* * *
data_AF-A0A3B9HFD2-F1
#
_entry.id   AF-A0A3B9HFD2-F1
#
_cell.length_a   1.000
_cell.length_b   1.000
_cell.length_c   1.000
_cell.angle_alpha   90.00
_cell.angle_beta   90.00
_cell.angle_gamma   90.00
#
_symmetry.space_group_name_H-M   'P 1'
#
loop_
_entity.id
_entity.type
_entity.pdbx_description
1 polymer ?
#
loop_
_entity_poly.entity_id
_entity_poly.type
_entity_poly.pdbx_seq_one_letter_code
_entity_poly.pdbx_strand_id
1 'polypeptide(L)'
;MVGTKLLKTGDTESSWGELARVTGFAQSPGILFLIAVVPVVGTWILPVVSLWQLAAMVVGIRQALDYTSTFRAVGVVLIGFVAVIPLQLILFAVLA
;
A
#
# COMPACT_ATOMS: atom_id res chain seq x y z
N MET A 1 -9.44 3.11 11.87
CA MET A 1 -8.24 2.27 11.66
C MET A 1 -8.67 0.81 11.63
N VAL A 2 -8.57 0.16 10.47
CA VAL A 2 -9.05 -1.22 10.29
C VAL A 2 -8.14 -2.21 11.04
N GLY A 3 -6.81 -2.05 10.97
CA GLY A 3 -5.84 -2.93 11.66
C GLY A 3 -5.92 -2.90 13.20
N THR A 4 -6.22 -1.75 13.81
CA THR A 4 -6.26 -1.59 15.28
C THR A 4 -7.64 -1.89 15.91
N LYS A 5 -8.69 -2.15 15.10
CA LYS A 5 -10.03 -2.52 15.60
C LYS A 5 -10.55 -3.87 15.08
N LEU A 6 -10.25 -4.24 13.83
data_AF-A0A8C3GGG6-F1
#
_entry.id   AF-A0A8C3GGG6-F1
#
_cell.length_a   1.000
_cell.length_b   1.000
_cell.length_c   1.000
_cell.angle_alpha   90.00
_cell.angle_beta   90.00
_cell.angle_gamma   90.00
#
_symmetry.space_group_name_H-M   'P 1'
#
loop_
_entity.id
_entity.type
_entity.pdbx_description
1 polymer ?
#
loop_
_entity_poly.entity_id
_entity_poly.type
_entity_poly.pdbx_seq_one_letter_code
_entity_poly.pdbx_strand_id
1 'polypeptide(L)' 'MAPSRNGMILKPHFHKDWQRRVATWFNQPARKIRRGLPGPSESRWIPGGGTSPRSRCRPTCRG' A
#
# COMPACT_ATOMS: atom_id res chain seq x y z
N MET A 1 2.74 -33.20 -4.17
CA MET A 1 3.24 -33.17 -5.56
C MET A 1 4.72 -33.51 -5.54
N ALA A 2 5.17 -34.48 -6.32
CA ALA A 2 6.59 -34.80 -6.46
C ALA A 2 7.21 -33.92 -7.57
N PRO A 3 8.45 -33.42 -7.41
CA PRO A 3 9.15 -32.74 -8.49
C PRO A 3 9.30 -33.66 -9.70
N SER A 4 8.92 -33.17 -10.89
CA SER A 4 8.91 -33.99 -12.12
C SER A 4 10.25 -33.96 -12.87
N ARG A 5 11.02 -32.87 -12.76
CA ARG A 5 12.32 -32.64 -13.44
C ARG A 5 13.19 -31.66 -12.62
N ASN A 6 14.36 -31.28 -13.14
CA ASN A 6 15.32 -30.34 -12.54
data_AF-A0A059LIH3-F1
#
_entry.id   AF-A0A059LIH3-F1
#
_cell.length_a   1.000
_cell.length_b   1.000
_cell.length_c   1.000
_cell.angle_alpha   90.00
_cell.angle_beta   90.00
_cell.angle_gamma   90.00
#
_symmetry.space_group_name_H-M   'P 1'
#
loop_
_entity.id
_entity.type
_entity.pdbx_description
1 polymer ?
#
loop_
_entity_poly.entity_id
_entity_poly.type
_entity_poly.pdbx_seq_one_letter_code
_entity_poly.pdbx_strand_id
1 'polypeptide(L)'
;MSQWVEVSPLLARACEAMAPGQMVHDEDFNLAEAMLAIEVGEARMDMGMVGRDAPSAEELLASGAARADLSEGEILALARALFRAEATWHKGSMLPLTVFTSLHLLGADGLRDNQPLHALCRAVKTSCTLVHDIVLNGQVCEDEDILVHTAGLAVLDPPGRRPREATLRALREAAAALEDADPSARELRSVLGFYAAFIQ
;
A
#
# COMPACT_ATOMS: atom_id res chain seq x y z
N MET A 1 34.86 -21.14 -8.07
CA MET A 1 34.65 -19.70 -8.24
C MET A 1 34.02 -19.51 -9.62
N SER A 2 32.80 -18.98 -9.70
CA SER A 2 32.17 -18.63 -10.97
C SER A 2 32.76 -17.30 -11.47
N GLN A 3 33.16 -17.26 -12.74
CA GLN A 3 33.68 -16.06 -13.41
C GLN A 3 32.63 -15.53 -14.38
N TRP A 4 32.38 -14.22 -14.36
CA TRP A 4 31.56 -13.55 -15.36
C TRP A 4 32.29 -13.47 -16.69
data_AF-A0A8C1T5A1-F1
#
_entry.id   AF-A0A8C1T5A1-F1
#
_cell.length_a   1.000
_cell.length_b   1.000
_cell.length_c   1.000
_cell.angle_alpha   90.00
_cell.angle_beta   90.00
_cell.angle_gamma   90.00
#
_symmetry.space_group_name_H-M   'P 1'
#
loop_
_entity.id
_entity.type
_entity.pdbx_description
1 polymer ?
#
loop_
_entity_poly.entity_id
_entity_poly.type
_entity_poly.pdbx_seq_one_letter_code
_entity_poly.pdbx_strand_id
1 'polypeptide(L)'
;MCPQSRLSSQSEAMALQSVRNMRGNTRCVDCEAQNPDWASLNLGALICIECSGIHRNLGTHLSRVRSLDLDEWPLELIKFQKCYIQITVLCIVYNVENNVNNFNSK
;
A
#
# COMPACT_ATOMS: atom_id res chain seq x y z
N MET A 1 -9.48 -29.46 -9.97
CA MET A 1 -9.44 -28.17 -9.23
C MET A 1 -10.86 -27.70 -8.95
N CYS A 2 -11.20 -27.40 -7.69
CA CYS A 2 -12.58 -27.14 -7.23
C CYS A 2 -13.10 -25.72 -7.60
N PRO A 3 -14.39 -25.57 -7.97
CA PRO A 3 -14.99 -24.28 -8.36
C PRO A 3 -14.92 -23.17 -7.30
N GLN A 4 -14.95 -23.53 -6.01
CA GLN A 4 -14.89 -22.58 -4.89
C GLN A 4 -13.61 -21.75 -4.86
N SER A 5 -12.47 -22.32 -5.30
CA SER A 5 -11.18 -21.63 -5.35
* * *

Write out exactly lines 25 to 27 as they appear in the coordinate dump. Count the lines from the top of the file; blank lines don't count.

1 'polypeptide(L)'
;MVGTKLLKTGDTESSWGELARVTGFAQSPGILFLIAVVPVVGTWILPVVSLWQLAAMVVGIRQALDYTSTFRAVGVVLIGFVAVIPLQLILFAVLA
;